Camping Tips

24 06 2011

So, the summer holidays are almost upon us and, for those of us trying to stick to a budget, camping is probably somewhere on the agenda.

I’m really not one to try to take all my home comforts camping with me; all I want when I’m camping is somewhere to sleep, eat and have a drink. The first two turned out to be somewhat problematic the last time we went.

The problem with sleeping turned out to be the thing we thought would help the most: an air mattress. While it kept its word and protected us from bumps in the ground, it also indulged in some pretty base treachory, which took the form of wobbling, tipping us into the middle and causing each of us to bounce up and down every time the other moved. Perhaps it would have been less trying if it had been for one person. We ended up deflating it and using self-inflating roll mats instead. They were fantastic but, to be honest, a good layer of blankets and clothes would have done as good a job.

Another caveat is temperature. It can be pretty hot in a tent when the sun’s been on it, but the temperature can seriously drop in the night. I particularly dislike having hot feet in bed and find they get far too hot in sleeping bags, so I prefer multiple layers of blankets. Layering provides good insulation and it’s easy to add and shed layers as temperature dictates.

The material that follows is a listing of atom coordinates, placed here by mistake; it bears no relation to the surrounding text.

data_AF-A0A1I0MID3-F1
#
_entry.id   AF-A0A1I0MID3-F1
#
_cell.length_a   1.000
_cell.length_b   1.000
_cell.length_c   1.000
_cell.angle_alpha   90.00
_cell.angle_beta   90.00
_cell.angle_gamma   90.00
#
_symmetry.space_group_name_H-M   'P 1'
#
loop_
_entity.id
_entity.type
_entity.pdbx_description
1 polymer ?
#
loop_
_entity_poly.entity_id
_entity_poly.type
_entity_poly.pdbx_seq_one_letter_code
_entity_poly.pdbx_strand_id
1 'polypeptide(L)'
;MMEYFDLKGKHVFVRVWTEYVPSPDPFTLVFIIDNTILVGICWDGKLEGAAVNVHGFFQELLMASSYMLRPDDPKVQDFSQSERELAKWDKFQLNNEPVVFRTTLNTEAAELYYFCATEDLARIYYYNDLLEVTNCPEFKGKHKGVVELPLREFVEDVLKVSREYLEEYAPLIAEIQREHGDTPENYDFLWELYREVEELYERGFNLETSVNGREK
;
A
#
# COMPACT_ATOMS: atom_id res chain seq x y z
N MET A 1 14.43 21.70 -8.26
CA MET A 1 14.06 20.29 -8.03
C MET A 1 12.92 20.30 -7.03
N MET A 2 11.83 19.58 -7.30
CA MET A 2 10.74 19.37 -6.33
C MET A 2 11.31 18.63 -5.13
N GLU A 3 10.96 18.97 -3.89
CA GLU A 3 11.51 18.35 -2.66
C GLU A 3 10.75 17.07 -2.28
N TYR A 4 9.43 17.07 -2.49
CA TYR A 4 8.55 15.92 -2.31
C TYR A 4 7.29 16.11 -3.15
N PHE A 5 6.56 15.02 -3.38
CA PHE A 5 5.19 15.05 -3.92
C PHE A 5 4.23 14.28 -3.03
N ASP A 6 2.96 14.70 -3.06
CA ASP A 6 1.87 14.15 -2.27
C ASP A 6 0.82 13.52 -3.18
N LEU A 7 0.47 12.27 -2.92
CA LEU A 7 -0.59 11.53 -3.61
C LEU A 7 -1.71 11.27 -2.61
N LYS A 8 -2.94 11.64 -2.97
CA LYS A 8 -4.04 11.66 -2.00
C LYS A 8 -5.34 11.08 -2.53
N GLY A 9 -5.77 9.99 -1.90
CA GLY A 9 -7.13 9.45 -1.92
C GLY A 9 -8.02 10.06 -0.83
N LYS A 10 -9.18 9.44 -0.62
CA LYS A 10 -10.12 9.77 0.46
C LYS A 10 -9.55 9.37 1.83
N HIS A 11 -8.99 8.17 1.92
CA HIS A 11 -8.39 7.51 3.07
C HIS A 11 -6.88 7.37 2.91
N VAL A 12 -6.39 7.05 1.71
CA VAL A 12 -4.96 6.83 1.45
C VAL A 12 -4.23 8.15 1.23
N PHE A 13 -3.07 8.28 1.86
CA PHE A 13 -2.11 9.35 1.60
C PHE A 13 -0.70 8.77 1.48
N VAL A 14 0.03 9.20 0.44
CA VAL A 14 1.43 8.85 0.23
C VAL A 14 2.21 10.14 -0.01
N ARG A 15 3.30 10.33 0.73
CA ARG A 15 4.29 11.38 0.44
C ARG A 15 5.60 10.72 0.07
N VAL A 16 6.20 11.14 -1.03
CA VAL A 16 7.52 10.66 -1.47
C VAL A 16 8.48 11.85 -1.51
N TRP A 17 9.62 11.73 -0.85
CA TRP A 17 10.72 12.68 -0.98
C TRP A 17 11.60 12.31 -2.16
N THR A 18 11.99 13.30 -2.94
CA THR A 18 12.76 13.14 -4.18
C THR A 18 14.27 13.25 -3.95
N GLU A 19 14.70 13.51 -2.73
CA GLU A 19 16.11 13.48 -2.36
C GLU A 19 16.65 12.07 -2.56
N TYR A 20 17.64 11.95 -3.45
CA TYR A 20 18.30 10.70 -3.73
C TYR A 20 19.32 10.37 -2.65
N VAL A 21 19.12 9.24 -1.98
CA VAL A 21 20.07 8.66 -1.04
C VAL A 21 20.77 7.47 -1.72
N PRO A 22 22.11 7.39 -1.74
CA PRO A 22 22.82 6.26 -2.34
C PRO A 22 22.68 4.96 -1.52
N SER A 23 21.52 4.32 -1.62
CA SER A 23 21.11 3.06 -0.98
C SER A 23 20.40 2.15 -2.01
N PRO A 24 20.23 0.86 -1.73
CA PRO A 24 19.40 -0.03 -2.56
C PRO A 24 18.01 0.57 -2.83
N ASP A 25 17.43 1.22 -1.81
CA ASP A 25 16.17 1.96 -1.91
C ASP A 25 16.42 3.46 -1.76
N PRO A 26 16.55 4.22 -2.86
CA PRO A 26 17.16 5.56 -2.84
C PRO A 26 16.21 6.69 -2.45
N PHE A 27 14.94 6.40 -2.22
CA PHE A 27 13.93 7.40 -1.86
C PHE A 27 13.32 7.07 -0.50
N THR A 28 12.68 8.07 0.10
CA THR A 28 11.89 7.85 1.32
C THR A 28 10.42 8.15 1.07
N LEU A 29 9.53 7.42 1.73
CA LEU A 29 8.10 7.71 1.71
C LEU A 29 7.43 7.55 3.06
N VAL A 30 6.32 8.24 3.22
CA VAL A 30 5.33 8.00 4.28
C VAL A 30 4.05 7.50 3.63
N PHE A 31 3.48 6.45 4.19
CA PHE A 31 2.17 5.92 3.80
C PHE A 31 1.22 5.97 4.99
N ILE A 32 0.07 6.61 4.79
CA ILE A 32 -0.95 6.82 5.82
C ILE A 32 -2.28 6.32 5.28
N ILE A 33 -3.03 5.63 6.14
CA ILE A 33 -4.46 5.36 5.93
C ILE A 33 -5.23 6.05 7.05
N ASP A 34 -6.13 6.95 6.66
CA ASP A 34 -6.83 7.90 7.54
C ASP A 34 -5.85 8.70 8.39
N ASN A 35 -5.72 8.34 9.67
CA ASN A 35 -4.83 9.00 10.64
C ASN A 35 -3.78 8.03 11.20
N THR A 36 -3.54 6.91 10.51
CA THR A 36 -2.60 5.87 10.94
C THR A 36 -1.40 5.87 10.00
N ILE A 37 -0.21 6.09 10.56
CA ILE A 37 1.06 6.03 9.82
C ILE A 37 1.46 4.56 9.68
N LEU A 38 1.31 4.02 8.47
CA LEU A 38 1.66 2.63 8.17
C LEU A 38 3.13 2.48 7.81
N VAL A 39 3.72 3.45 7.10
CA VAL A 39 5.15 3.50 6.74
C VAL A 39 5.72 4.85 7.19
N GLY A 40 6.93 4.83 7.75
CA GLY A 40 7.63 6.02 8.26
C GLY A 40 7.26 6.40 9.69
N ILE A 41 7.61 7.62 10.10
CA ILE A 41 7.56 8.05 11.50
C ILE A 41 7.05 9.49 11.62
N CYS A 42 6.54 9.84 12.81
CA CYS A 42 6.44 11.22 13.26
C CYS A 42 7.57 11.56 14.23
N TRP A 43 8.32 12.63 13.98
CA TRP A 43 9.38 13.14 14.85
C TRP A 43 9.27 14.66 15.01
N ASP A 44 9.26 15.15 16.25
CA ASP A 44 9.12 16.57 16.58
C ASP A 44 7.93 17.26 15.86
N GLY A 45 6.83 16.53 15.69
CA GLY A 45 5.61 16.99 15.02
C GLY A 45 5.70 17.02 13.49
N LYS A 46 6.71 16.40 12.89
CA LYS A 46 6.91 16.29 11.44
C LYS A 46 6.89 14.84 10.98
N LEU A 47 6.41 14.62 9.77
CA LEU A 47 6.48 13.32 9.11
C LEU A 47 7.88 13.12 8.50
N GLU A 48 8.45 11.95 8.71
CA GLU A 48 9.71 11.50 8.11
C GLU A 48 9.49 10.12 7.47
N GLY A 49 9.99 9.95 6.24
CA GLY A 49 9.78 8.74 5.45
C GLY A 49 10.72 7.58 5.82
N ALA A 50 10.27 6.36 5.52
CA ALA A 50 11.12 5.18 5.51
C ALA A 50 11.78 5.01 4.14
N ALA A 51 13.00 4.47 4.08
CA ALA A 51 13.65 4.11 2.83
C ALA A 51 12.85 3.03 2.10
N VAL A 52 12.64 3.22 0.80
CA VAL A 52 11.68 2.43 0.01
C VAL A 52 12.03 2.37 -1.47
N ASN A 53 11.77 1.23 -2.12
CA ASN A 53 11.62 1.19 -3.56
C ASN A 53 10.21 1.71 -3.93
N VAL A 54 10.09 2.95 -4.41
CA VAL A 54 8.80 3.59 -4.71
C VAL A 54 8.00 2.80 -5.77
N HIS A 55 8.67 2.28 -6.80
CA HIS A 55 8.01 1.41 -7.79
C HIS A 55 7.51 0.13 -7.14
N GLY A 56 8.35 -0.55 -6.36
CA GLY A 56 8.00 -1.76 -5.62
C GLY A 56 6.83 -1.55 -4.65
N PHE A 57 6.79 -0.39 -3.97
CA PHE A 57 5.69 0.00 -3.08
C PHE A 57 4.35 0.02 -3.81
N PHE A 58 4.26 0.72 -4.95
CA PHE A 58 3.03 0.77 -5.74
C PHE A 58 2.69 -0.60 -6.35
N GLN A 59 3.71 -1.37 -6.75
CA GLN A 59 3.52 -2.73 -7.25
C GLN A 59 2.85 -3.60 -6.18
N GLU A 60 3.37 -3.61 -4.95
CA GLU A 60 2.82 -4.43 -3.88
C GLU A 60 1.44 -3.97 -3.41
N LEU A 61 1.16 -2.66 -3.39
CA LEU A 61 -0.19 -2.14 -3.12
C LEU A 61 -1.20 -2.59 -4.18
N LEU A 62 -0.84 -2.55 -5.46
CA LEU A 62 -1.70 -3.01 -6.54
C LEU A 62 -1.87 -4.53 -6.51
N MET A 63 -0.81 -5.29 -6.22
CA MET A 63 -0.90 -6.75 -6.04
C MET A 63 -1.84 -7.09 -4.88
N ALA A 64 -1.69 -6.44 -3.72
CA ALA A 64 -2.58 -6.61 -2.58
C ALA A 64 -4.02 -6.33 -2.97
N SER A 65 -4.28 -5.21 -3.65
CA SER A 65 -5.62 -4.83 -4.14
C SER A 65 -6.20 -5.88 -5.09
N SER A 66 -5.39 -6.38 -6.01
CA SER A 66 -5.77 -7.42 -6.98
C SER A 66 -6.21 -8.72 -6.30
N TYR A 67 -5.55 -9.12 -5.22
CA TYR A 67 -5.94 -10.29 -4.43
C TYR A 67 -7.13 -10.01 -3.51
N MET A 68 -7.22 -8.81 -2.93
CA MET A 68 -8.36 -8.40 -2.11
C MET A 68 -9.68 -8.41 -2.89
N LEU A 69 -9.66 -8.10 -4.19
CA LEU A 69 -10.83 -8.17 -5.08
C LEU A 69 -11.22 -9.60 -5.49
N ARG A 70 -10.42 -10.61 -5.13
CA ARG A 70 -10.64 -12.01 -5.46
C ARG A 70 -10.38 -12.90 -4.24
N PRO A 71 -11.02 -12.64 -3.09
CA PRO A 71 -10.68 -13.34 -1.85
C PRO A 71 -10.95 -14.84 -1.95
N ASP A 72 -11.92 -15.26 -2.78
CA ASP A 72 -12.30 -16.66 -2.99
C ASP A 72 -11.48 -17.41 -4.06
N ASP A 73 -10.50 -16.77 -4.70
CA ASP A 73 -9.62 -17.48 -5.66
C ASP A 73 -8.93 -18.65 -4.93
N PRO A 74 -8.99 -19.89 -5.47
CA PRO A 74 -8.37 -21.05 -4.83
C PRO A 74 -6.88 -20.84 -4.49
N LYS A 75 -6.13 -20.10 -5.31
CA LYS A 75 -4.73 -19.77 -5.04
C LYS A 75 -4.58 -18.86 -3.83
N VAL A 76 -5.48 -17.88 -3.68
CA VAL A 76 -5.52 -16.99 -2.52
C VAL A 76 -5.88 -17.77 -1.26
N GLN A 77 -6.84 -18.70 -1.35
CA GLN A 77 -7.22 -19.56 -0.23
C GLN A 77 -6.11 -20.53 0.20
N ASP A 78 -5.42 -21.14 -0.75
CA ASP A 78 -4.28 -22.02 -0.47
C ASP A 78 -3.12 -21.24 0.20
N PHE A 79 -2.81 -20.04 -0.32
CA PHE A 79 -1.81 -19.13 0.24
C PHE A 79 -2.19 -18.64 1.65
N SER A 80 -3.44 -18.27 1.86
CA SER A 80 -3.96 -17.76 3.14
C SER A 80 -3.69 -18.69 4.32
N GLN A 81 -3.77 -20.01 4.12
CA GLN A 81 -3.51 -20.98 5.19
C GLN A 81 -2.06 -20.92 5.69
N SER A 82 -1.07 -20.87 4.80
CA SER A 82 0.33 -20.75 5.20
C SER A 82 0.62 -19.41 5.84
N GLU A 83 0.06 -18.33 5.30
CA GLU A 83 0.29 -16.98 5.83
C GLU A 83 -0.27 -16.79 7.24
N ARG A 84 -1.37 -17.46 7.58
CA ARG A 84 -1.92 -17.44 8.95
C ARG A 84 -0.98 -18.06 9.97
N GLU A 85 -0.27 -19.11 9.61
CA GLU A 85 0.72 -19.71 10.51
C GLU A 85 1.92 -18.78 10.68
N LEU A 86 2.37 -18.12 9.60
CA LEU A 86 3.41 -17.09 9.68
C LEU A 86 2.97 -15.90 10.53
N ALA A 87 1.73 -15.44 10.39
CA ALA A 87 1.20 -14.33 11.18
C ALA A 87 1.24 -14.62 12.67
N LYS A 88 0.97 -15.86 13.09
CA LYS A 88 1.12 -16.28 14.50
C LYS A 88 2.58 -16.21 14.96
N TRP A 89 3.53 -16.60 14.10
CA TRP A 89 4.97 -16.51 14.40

I’d love to hear about your camping experiences:

  • What is your must-have camping item?
  • What have you learnt the hard way?
  • Why do you like (or dislike!) camping?
  • Do you have a favourite camping food or drink?
I’m afraid to say we also had problems with eating, as our camping stove set fire to itself within 5 minutes of switching it on. I’ve just stumbled upon this video, which shows you how to make a camping stove from various materials. I’m itching to give it a go!


Click here for a slightly more complex version





Free Summer Fun

8 06 2011

The summer holiday season will soon be upon us and who doesn’t know someone who’s going somewhere that makes you green with envy? At this time of year, it can feel as though you’re no one if you’re not going somewhere that’ll make everyone green with envy.

I don’t know how many of you watched the BBC TV series, Beautiful People, but there was an episode in which Simon’s family had been telling everyone they were going away on a fantastic holiday, but found themselves too short on cash to actually go, so, to keep up appearances, they locked themselves in their house for a week and carried on as though they were on holiday. They decorated the house, dressed in their holiday clothes and held holiday-camp-style competitions in their living room. They had a whale of a time.

I’m not suggesting that you go to the lengths of lying to your friends, family and general acquaintance about your whereabouts, but here are a few ideas for fun holiday activities on a shoestring budget.

House Swap

If you fancy getting away, how about swapping houses with a friend who lives in another area? You can have fun making lists of local sights and activities for one another and you won’t have to worry about finishing absolutely everything in the fridge and getting someone in to water the plants and feed the pets.

Picnics

Picnics are vastly under-rated. You can go where you like, within legal limits, obviously, and eat what you like, when you like. You don’t need to be near a cafĂ© or restaurant, you don’t need to comply with their times, you won’t find that there’s nothing you like on the menu or that everything’s over-cooked. It won’t be hideously expensive. Basically, it’s all on your own terms and you don’t have to be on your best behaviour!